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Hummingbird torpor in context: duration, more than temperature, is the key to nighttime energy savings

Citation

Shankar, Anusha et al. (2020), Hummingbird torpor in context: duration, more than temperature, is the key to nighttime energy savings, Dryad, Dataset, https://doi.org/10.5061/dryad.t4b8gthzh

Abstract

Torpor is an important energy saving strategy in some small birds, but it has rarely been studied in natural field conditions. We compared torpor use across 43 wild-caught individuals of eight hummingbird species across sites with different natural temperature regimes. Most laboratory studies focus on the relationship between metabolic rate and temperature, but our aim was to evaluate what environmental factors most influence hummingbird nighttime energy management under natural conditions. We found that the probability of an individual entering torpor was weakly correlated with mass but unrelated to nighttime temperature and that hummingbirds at both warm, tropical and cooler, temperate sites used torpor. Energy savings in torpor were maximized as ambient temperatures approached a species’ minimum body temperature, consistent with laboratory studies; energy savings ranged between 65-92% of energy per hour in torpor compared to normothermy. However, regardless of the degree of energy savings in torpor, variation in total nighttime energy expenditure was most significantly influenced by torpor bout duration. Lab studies largely assess the effect of temperature on torpor use, but our findings indicate that other environmental conditions are more important in determining hummingbirds’ total nighttime energy expenditure under natural temperature cycles. Our results show that a small endotherm’s nighttime energy management in its natural habitat is more affected by torpor bout duration, which is linked to photoperiod, than by temperature. This result suggests that in their natural environments hummingbirds are able to save energy in torpor across a range of nighttime temperatures, indicating that they may have sufficient physiological flexibility to tolerate climatic variation.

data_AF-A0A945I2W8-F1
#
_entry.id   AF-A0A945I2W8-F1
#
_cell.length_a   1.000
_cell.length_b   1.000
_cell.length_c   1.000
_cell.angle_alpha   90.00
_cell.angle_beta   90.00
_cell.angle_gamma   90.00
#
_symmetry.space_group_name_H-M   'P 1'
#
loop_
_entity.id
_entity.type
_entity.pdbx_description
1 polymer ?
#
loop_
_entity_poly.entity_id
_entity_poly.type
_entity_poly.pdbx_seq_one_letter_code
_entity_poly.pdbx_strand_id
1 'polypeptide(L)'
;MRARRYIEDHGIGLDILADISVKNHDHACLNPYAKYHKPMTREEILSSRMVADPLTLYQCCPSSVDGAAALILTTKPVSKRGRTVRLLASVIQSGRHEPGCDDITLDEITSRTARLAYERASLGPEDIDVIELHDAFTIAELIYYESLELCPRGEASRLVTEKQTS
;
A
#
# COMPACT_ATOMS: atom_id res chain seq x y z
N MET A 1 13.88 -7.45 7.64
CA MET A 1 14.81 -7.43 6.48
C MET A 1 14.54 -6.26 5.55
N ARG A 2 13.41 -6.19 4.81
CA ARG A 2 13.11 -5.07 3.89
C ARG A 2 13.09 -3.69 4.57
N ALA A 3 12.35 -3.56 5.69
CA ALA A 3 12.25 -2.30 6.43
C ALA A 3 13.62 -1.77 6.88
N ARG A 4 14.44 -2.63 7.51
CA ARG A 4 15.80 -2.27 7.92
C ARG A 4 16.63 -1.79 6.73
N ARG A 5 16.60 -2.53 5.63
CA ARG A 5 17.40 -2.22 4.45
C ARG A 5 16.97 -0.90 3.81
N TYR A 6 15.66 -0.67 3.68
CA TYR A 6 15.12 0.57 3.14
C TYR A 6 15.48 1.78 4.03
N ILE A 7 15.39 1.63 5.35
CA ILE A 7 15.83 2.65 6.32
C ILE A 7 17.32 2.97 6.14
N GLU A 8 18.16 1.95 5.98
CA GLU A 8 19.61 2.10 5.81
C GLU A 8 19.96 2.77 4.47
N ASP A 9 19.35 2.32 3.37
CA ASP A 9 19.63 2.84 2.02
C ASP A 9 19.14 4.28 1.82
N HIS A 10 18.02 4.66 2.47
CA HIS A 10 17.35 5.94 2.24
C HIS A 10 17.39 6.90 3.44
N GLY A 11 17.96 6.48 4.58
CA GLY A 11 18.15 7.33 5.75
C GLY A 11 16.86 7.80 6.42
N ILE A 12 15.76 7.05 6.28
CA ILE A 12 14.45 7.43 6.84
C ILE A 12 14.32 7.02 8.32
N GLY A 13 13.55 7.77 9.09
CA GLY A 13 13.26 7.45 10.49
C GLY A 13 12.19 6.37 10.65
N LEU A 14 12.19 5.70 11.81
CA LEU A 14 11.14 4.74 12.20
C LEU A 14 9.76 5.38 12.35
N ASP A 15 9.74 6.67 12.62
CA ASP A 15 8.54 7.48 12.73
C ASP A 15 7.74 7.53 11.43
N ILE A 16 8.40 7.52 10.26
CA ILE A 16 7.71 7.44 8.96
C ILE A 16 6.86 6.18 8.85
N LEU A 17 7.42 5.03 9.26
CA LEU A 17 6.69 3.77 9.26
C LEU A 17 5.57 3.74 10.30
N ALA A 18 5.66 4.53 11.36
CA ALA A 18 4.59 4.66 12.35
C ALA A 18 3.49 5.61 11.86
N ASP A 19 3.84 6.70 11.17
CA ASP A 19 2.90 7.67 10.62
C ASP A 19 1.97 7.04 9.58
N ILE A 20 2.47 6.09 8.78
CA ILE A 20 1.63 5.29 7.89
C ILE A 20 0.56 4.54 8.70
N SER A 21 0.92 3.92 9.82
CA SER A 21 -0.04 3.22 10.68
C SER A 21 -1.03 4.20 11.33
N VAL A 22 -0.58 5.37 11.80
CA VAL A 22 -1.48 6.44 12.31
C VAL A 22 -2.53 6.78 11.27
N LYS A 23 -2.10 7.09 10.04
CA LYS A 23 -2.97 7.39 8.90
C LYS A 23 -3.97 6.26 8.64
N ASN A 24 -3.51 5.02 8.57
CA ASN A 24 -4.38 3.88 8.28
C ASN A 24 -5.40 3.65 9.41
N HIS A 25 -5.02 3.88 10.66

Methods

Energy expenditure data collected via open-flow respirometry, in the field in Arizona and Ecuador. 

Usage Notes

See metadata document for file descriptions, including column identifiers and keys.

Funding

National Aeronautics and Space Administration, Award: NNX11AO28G

Tinker Foundation

National Geographic Society, Award: 9506-14

Stony Brook Department of Ecology and Evolution

George Fox University, Award: Faculty Development Grant GFU2014G02

George Fox University, Award: Richter Science Scholar Grant

Stony Brook Department of Ecology and Evolution

George Fox University, Award: Faculty Development Grant GFU2014G02